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image Image 1 for SM (255) 49/5/44 (256) 49/5/46 (257) 49/5/45
image Image 2 for SM (255) 49/5/44 (256) 49/5/46 (257) 49/5/45
image Image 3 for SM (255) 49/5/44 (256) 49/5/46 (257) 49/5/45
  • image Image 1 for SM (255) 49/5/44 (256) 49/5/46 (257) 49/5/45
  • image Image 2 for SM (255) 49/5/44 (256) 49/5/46 (257) 49/5/45
  • image Image 3 for SM (255) 49/5/44 (256) 49/5/46 (257) 49/5/45

Reference number

SM (255) 49/5/44 (256) 49/5/46 (257) 49/5/45

Purpose

Designs for a Triumphal Arch on Downing Street, November-December 1827 (3)

Aspect

255 Plan of Triumphal Arch; (verso) part plan of triumphal arch 256 Plan of Triumphal Arch 257 Plan of Triumphal Arch

Scale

(255) bar scale of 1/4 inch to 1 foot (256, 257) bar scales of 3/16 inch to 1 foot

Inscribed

255 labelled: Downing Street and dimensions given 256 Last Design

Signed and dated

  • (255) 27 Novr 1827 (256) 1 Decr 1827 (257) 2 Decr 1827

Medium and dimensions

(255-257) Pen and grey wash, (255, verso) pen and pencil, pricked for transfer on laid paper with one fold mark (302 x 487, 596 x 486, 596 x 486)

Hand

(255-257) ?Charles James Richardson (1809-71, pupil and assistant 1824-1837)

Watermark

(255) fleur-de-lis above cartouche with bar and below, ornate CA (256, 257) C Ansell 1824 and fleur-de-lis above cartouche with bar and below, ornate CA

Notes

The dates given on drawings 256 and 257 appear to be in Soane's hand although the drawings themselves are not by him. The Triumphal Arch is designed to sit between the Privy Council Office and the new State Paper Office behind the pavilions on Downing Street. Drawing 257 is almost a copy of drawing 256 but it has some slight changes. For example, the third column from the bottom of the sheet on either side of Downing Street is brought in line with the columns of the pavilions, following the pencil amendments on drawing 256. The two vestibules at the top of the drawing are bigger than on drawing 256.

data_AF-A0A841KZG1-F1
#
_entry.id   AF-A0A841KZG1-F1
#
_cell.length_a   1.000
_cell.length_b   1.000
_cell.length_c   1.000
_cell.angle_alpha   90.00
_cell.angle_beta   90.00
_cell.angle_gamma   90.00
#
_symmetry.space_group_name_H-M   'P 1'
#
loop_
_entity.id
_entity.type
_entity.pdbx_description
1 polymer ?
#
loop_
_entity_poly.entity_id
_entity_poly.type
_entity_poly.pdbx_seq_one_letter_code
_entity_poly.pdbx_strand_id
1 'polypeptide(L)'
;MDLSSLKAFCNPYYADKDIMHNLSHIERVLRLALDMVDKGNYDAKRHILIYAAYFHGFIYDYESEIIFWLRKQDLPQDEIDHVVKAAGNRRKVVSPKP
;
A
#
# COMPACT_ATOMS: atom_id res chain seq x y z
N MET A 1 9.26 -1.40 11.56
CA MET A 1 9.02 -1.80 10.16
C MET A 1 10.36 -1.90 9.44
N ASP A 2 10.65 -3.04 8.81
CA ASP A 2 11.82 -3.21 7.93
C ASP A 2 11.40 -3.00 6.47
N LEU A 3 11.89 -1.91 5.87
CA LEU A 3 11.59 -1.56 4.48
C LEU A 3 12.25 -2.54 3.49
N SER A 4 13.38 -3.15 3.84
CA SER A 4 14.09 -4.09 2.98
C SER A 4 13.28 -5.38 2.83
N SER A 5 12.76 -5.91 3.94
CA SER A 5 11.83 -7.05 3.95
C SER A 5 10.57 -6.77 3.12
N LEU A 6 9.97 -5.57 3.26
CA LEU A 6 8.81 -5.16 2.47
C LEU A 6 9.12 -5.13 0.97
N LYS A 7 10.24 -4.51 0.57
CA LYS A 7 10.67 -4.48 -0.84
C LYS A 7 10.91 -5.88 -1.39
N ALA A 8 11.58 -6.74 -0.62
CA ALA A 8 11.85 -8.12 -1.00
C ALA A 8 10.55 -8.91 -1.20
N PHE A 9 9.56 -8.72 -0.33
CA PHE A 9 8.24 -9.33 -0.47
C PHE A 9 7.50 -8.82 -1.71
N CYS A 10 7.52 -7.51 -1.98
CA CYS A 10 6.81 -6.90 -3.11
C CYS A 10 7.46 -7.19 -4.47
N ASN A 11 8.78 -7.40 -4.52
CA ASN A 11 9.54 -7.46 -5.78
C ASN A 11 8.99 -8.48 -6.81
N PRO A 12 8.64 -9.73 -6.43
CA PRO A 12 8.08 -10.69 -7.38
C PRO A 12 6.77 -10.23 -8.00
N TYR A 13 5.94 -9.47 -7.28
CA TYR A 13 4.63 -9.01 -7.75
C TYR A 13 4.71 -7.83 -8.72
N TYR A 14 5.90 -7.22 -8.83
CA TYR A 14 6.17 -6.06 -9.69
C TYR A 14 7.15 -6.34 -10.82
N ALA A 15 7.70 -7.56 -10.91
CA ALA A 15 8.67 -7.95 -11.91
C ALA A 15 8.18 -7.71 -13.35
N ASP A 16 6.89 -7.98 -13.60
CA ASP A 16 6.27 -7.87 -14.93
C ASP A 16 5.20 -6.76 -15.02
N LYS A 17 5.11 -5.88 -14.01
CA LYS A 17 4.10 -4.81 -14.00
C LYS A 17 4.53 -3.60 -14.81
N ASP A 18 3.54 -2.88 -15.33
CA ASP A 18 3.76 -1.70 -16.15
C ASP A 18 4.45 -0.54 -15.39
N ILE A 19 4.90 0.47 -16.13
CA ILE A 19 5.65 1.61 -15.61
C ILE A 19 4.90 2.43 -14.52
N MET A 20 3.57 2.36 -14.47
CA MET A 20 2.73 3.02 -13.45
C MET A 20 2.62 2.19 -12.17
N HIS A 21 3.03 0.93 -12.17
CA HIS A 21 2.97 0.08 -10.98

Level

Drawing

Digitisation of the Drawings Collection has been made possible through the generosity of the Leon Levy Foundation

If you have any further information about this object, please contact us: drawings@soane.org.uk

Sir John Soane's collection includes some 30,000 architectural, design and topographical drawings which is a very important resource for scholars worldwide. His was the first architect’s collection to attempt to preserve the best in design for the architectural profession in the future, and it did so by assembling as exemplars surviving drawings by great Renaissance masters and by the leading architects in Britain in the 17th and 18th centuries and his near contemporaries such as Sir William Chambers, Robert Adam and George Dance the Younger. These drawings sit side by side with 9,000 drawings in Soane’s own hand or those of the pupils in his office, covering his early work as a student, his time in Italy and the drawings produced in the course of his architectural practice from 1780 until the 1830s.

Browse (via the vertical menu to the left) and search results for Drawings include a mixture of Concise catalogue records – drawn from an outline list of the collection – and fuller records where drawings have been catalogued in more detail (an ongoing process).